Every parent has asked themselves at some point the magic question: Does my child have ADHD? It is impressively frustrating to have to ask your child a hundred times to do something. I know as a parent, I have often thought, “If I have to ask you one more time to …x, y, z…..my head is going to explode.” But there is a definite difference between kids who simply don’t listen and those who have true ADHD.
What is ADHD?
ADHD is attention deficit, hyperactivity disorder. There are essentially three types of ADHD:
- The kid who can’t focus and has just the attention component.
- The kid who is all over the place hyperactive
- And the kid who has the two combined symptoms.
There is an official set of diagnostic criteria (outlined in the Diagnostic and Statistical Manual of Mental Disorders). In short, the criteria requires that the child has symptoms in more than one setting (e.g., at home and at school). If the child is great at home, but only has trouble at school, then the child needs school help (or may be related to poor teaching). If the child is great at school, but terrible at home, then the child needs help at home (it may be related to poor parenting). If the child has trouble in both home and school, chances are the problem is the kid.
ADHD Signs and Symptoms:
When you read through the list, don’t pick and choose (your child would need most of the symptoms to get a diagnosis). Keep in mind that some of these behaviors are pretty normal. With kids who have ADHD, it’s often extremes of these and very frequent. Here’s a sampling of observed symptoms.
- Has a hard time paying attention
- Doesn’t seem to listen
- Easily distracted
- Is forgetful in regular daily activities
- Makes careless mistakes in schoolwork
- Loses things (e.g., homework, books, etc.)
- Has trouble organizing tasks and activities
- Can’t stay in a seat (constantly running and climbing on everything)
- Is constantly moving
- Blurts out answers before the question is completed
- Has trouble waiting for things (e.g., in lines)
- Fidgets in a chair
- Talks excessively
- Interrupts conversations
- Easily looses temper
How is ADHD diagnosed?
ADHD is diagnosed by a qualified health care professional (e.g., pediatrician or psychiatrist). In addition to clinically evaluating the child and taking a good history, there is usually formal testing done. Commonly this is done with measures like the Vanderbilt or Connors tests. These are forms that the parents and teachers both fill out and the doctor will score. It is worth noting that even if a child has symptoms of ADHD, if the child is not having impairment (e.g., the child has a hard time focusing, but is still a straight A student), then the child will not meet a diagnostic criteria. The child has to be having problems as a result of the ADHD.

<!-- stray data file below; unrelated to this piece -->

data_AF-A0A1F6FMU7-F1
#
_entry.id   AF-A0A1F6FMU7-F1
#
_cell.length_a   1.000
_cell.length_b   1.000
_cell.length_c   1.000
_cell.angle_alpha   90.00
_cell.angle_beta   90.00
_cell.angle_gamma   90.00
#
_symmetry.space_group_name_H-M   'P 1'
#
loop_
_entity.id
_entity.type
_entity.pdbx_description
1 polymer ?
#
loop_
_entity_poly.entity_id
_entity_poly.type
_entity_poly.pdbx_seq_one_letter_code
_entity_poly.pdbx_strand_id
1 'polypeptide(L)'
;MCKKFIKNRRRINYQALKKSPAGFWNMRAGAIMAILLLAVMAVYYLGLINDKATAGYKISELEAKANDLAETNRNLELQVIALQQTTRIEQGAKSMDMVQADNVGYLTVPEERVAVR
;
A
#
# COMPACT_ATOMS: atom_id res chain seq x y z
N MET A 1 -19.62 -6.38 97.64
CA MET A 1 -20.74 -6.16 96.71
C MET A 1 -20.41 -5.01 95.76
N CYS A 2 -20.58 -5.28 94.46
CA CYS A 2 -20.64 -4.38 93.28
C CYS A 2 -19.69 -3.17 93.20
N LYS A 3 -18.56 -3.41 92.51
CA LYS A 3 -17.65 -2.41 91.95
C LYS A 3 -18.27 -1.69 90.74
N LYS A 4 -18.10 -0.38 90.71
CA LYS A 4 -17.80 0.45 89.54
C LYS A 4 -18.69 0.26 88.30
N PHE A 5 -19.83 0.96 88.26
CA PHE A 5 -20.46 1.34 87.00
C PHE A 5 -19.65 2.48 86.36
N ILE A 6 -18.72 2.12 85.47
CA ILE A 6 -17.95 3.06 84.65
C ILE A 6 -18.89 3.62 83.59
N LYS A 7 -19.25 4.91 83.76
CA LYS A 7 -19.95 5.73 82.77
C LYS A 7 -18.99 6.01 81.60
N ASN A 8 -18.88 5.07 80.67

How young is ADHD diagnosed?
As a general rule, kids are usually school-aged when diagnosed. This is when most kids are regularly in a second environment during the day, the requirements are increased on them, and problems really come to a head. Officially, a diagnosis can be made as young as 4, but typically medications aren’t recommended in that early age group. Most kids get diagnosed in 1st or 2nd grade.
How is ADHD treated?
There are a handful of approaches to treating kids with ADHD. The first is behavioral therapy. This can be effective in some kids, but is generally not the cure all that parents hope and want it to be. The second option is medications. Typically this is with the stimulant drug class. Contrary to what you may think (my kid is already stimulated enough, right?), the medication is stimulating the part of the brain that helps with control and focus. The medications won’t make your kid more hyper. There are a number of medications in this drug class and deciding which is best for your child is a decision you and your doctor should make together. It is worth mentioning that the medications have side effects, most notably: suppressing appetite and causing trouble sleeping.
(Note: there is a small, but significant involvement with the heart in some select patients. Before starting your child on meds, your doctor should discuss it with you).
It is important to remember when you are discussing treatment that you do not have to medicate kids who have ADHD. Most people opt to medicate because it often improves the quality of life, but it is not required. Scientifically, medication has been proven to be the single most effective treatment for ADHD. It is worth mentioning that there are lots of other popular alternative treatment options out there. While most of them don’t have a lot of scientific background, they are not usually harmful either (there’s nothing wrong with improving a diet or making sure children get more regimented sleep, etc.). Unfortunately, there isn’t a cure for ADHD, but there is significant improvement that can be made in the lives of those dealing with it.
If you are concerned your child may have ADHD, discuss it with your pediatrician. But remember, some failure to listen and crazy behavior out of kids is normal.
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